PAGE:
Editors' pick: Originally published March 28.
And although all the focus will be put on Samsung as well as its chief rival, Action Alerts PLUS Holding Apple (AAPL) , there are a number of chip and component makers that stand to benefit from a rebound in Galaxy sales.
Broadcom (AVGO) , Qualcomm (QCOM) and others will have a hand in the new Galaxy S8 and S8+. Along with the upcoming tenth anniversary of the Apple iPhone, Samsung's new flagship will provide a lift for some mobile component manufacturers -- if the world's top mobile phone maker can get its groove back. Given the issues that Samsung encountered last year, some appear reluctant to call the new flagship a clear winner just yet.
As with the Galaxy 7, Samsung will do a big chunk of the work itself. The display, memory and chipset are three major cost components and will come from Samsung, making up 60% to 65% of the materials.
"Given that this is a Galaxy S flagship, its going to be AMOLED display," IHS Markit analyst Wayne Lam said." That's something that Samsung specializes in."
Likewise, Samsung regularly uses its own memory. "That's something we know with pretty high confidence that they'll internally source themselves," Lam added.
Qualcomm has a prominent role in the new phones. Samsung has first dibs on the chipmaker's new top-of-the line Snapdragon 835, perhaps because it manufactures the chips through a partnership with Qualcomm. Galaxy 8 models will feature either the Qualcomm Snapdragon or Samsung's own chipsets, depending on the market and the wireless carrier. Samsung makes both in its own foundries, however. "The chipsets will come from Samsung in one form or another," Lam said.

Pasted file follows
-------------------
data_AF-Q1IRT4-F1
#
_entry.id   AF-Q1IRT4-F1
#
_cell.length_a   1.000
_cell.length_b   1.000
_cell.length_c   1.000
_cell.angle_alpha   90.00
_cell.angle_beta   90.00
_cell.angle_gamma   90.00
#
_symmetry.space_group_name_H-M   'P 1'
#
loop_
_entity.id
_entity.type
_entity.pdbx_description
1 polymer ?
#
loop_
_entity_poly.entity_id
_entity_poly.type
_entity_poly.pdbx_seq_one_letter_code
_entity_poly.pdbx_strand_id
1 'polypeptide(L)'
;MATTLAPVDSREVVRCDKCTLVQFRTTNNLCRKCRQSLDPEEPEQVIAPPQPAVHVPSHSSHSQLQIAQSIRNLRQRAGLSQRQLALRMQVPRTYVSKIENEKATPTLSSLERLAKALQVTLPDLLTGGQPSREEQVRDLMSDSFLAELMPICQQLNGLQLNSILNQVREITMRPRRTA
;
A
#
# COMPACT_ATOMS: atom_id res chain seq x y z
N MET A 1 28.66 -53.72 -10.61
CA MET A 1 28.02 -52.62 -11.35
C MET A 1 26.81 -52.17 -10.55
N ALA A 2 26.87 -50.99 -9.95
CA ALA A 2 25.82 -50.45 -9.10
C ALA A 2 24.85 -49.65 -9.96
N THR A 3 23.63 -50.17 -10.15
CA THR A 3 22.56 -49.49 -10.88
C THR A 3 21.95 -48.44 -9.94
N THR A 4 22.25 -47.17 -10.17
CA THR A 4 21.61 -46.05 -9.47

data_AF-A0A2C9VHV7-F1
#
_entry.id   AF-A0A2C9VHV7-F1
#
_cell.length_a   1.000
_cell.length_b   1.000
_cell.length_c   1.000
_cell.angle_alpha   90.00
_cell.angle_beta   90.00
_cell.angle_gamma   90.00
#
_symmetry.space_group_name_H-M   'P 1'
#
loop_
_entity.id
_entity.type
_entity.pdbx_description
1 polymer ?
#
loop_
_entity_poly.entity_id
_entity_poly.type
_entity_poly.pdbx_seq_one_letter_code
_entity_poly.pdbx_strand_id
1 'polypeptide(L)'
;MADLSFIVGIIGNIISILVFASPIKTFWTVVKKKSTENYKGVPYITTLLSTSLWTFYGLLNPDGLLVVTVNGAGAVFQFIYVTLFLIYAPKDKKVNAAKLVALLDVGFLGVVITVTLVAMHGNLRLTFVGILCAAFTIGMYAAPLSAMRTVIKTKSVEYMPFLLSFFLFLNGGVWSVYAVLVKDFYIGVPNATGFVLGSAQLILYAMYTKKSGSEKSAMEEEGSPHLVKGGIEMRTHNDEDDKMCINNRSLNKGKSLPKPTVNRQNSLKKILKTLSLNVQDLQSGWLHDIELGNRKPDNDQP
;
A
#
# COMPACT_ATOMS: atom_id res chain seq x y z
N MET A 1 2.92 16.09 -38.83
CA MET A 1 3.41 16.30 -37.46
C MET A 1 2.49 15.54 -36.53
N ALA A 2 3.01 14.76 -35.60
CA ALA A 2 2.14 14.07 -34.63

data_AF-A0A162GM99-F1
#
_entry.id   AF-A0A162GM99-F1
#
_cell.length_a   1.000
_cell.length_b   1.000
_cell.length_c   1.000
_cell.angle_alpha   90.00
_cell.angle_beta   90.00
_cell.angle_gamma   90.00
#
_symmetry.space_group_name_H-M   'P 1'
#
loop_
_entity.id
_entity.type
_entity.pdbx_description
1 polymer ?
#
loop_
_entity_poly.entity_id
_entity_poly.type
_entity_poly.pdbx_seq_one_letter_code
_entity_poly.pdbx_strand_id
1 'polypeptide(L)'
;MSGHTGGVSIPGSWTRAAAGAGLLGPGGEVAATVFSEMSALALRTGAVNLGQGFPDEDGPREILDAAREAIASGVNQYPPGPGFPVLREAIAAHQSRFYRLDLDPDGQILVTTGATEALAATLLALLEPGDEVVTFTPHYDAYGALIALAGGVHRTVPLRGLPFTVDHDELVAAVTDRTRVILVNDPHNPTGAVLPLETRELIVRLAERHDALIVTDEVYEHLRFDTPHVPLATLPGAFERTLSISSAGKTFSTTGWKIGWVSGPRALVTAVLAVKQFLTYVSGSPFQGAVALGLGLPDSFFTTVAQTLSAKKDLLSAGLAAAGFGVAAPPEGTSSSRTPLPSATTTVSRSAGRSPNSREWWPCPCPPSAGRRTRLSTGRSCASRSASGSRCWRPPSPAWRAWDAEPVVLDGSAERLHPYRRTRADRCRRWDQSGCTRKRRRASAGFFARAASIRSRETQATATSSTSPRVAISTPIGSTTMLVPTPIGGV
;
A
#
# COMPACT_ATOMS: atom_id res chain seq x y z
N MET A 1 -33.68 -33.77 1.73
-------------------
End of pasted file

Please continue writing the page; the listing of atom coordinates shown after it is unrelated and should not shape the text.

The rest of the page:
Other chip and component markers will have a hand in Samsung's new flagship.
Broadcom CEO Hock Tan told investors during a March call that Samsung would help the company's results in the second quarter, which is typically slow for Apple. Sales to Apple and its contractors such as Foxconn account for at least 15% of Broadcom's net sales, according to SEC filings. The company can use the help from other customers when demand from Apple drops. "(We) expect to offset the significant portion of this decline in wireless from the ramp of the next-generation phone at our large Korean smartphone customer," Tan said. Broadcom expects a high single-digit decline in the second quarter because of increased sales from Samsung, Tan said, rather than the double-digit drop it normally sees.
Meanwhile, Pacific Crest analyst John Vinh wrote in a recent report that Integrated Device Technology (IDTI) will likely provide wireless charging technology for the Galaxy S8, and stands to benefit from the new Samsung device.
Chipmaker Qorvo (QRVO) has been conservative with its guidance about the Galaxy S8 after the problems that last year's model encountered.
"We're being a little bit cautious on one of our larger customers," CEO Robert Bruggeworth told investors during a February call. Because of "what's on their plate," he said regarding Samsung, "I think we're being a little bit conservative." Qorvo expects the second-quarter sales to climb 7% to 10% from the first calendar quarter, though part of that is because of sales to Chinese phone makers.
The new Samsung benchmark won't lift all of the chip companies. Maxim Integrated Products (MXIM) CEO Tunc Doluca told investors after its second fiscal-quarter call in late January that sales for the Galaxy S8 would drop from the prior Galaxy device. Samsung will account for less than 10% of its total sales, he predicted.